Our volunteer-host D (whom I shall refer to as Casper (the friendly ghost) had a grandfather who served in the US Navy and was assigned to the Philippines during WWII. In fact, he has with him now an old photograph of his lolo taken from what Casper believes to be a street somewhere in Pasay (also known as Pineda during that time, now a City). Casper's other grandfather was mighty proud of him for working in the Philippines as a volunteer. Casper asked me: "Why is it that the Philippines seems like it has not taken off the way it should? You are not lacking in resources and the people are hard working."
Why, indeed? It looked like an easy question to answer, but which stumped me for a few seconds. It is a political question, I thought, though he may be seeking for answers other than political. At that point, too, I was fully aware that the volunteers can not engage in political talk and reminded myself of it — if the discussion had taken the political turn, I expected very little active participation from our guests.
It is not as if we have not asked ourselves the same question. In fact, I believe we like being asked that question, as it opens an arena for punditry from Filipinos from all walks of life.
But there seems to be no single, correct answer. At least not one satisfactory answer that does not lead to a heated argument between the inquirer and the respondents.
Depending on one's location, heritage, cultural or educational background, business and scope of experience, the answers may range from a pretentious soliloquy to a strange series of nods. There, too, is the factor of language where, for instance, everyone tries to engage each other in Tagalog, yet the message risks not being fully understood by those who do not speak it as the discussion deepens.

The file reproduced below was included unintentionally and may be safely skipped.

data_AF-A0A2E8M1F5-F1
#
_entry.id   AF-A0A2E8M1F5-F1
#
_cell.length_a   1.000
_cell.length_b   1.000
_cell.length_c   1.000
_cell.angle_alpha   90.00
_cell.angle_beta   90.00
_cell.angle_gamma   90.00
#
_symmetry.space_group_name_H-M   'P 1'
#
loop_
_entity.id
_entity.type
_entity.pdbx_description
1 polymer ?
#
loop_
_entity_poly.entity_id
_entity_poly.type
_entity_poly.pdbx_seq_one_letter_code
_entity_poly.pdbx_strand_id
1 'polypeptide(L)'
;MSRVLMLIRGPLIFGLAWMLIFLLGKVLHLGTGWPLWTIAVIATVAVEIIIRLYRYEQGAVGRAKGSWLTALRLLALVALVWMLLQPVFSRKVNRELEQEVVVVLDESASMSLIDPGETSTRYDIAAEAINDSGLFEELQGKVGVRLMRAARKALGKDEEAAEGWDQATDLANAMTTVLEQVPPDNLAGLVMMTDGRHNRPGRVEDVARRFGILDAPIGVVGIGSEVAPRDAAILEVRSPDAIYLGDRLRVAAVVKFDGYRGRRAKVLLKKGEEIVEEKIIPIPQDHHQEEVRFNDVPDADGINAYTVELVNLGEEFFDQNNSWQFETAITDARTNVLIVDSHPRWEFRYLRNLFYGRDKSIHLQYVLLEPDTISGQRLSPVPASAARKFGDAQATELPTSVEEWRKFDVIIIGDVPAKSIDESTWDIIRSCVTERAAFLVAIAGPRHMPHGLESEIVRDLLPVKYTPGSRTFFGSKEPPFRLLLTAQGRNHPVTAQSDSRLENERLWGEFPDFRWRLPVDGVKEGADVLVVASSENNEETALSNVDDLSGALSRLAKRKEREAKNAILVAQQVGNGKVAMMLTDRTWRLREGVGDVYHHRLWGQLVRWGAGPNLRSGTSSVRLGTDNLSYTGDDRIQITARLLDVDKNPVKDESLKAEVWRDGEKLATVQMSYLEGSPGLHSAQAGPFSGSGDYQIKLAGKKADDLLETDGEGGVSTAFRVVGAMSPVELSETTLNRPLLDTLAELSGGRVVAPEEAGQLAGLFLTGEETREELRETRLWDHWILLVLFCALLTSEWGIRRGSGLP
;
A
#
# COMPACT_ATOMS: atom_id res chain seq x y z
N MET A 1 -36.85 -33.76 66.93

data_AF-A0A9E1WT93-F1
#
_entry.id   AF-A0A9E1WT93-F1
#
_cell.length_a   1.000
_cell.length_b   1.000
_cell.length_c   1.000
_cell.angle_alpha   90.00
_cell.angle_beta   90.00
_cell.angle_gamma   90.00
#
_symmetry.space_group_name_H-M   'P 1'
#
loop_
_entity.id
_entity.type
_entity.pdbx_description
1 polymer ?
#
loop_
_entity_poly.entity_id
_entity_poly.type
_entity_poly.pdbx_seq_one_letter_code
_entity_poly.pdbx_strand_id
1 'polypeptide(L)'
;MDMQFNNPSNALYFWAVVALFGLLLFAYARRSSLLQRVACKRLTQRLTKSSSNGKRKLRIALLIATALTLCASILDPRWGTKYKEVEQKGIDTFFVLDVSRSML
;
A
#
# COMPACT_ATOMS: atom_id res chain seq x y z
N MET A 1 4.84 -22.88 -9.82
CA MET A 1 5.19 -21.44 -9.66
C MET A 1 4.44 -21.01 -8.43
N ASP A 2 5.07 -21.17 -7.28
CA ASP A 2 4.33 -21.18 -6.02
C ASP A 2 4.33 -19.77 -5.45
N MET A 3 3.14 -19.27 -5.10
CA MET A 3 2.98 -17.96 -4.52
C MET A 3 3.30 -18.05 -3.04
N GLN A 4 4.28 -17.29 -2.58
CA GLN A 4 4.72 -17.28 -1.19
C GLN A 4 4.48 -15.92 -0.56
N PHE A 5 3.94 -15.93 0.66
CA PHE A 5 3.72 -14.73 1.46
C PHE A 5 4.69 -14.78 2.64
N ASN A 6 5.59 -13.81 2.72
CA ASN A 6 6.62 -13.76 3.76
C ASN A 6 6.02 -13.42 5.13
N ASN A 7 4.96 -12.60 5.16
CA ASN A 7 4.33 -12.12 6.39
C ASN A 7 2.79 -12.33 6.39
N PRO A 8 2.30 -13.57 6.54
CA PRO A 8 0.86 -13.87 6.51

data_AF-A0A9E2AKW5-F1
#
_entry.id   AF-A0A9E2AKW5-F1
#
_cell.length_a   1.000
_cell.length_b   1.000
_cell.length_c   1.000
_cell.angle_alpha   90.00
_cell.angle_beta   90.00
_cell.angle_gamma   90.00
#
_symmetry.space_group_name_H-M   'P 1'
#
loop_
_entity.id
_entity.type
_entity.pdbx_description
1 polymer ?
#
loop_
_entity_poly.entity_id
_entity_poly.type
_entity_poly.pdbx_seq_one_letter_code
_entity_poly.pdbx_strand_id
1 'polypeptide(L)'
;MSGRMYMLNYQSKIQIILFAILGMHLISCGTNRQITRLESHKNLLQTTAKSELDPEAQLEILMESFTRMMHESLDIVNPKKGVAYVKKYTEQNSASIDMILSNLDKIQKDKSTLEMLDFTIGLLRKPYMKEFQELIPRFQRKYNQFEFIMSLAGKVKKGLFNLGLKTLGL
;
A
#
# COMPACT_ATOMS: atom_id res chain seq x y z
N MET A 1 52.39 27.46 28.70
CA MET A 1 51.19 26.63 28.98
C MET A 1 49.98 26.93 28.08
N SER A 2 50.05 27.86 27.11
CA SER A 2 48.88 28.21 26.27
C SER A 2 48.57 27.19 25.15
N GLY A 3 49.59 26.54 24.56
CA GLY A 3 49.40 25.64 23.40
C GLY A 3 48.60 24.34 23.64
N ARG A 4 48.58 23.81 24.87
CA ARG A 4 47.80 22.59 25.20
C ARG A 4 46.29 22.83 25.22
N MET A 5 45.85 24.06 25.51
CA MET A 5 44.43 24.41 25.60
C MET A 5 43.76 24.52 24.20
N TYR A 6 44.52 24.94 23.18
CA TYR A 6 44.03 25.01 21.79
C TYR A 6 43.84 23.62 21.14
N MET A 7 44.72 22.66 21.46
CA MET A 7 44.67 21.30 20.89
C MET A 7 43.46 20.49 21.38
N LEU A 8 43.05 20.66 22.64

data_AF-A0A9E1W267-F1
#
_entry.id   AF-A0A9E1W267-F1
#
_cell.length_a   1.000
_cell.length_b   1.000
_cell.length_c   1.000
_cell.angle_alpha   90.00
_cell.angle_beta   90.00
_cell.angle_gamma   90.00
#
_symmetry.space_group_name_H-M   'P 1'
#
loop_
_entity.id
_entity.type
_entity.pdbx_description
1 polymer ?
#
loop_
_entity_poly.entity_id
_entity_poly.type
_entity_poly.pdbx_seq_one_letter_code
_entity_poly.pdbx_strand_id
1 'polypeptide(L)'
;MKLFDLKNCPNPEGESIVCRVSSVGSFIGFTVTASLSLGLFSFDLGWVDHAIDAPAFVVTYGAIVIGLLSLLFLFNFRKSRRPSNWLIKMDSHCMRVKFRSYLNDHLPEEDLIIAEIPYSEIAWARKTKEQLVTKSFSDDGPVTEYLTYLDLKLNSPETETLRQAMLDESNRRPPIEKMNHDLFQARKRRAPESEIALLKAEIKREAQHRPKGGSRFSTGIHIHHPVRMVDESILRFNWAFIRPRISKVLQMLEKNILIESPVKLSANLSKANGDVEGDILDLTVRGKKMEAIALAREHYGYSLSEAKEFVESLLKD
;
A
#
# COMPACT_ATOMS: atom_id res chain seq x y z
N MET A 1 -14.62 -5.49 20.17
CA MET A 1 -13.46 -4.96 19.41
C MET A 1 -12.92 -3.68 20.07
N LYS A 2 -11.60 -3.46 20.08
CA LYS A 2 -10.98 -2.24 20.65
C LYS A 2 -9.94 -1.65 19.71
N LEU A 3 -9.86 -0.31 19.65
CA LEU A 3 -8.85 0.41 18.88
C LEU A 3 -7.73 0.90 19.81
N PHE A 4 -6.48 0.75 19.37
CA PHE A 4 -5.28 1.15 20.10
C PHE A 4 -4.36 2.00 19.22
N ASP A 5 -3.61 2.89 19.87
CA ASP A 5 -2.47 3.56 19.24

A Nation of Islands
Stats say we have a total of 170 to 171 dialects, 2 of which are considered official (Tagalog and Bisaya), and 8 co-official, whatever that means. We were taught to refer to these dialects as languages, as each is distinct. The stats, I am sure, do not count Taglish, Textlish, Tag-Il, Baklish and other current phenomenal Tagalog variants determined by class, clique or contemporary customs. There is even a confusion as to what the major linguistic differences are between Tagalog and Filipino.
These dialects (or, languages, rather) are from the 7,100 or so islands that make up the archipelago. Each island is a separate community; each community belonging to a separate district; each district is from a region, and so forth. How the non-Spanish speaking Ilocanos communicated with the Kapampangans and Tagalogs during the Spanish period is still a mystery to me. For sure, there were those who were multilingual at the time, but I imagine it to be rare. The most common words most likely understood by all would probably have been yo, hambre, hombre, mujer, Padre, madre, hijo, donde, among a few. I’m just guessing.
But how did they express to each other, say, the sincere desire and intention to be united in one cause, without giving it away to the guardia civil? They probably couldn't. That's why It took all of 400 years to translate a universal experience to a single action, with the aid of yet another force of circumstance. And then another, and another.
Only In Da Philippines
When we speak about the weirdest of experiences, the strangest of humors, or the most compromising situations, we say "only in the Philippines." Only in the Philippines do we address these situations either in jest, out of frustration or as a matter of fact.
Yet, there are many other only's that we fail to note by heart, perhaps just too many. And, as ever, none spoken to the satisfaction of each Filipino. It seems that the more common our experiences have become, the farther apart we are even as we try to grasp the full understanding of what keeps us together under one flag. And the farther apart we are, the weaker we become as a nation.
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Scene: Eat Bulaga
Location: Free TV
Date/Time: June 12, 2007, 2:10pm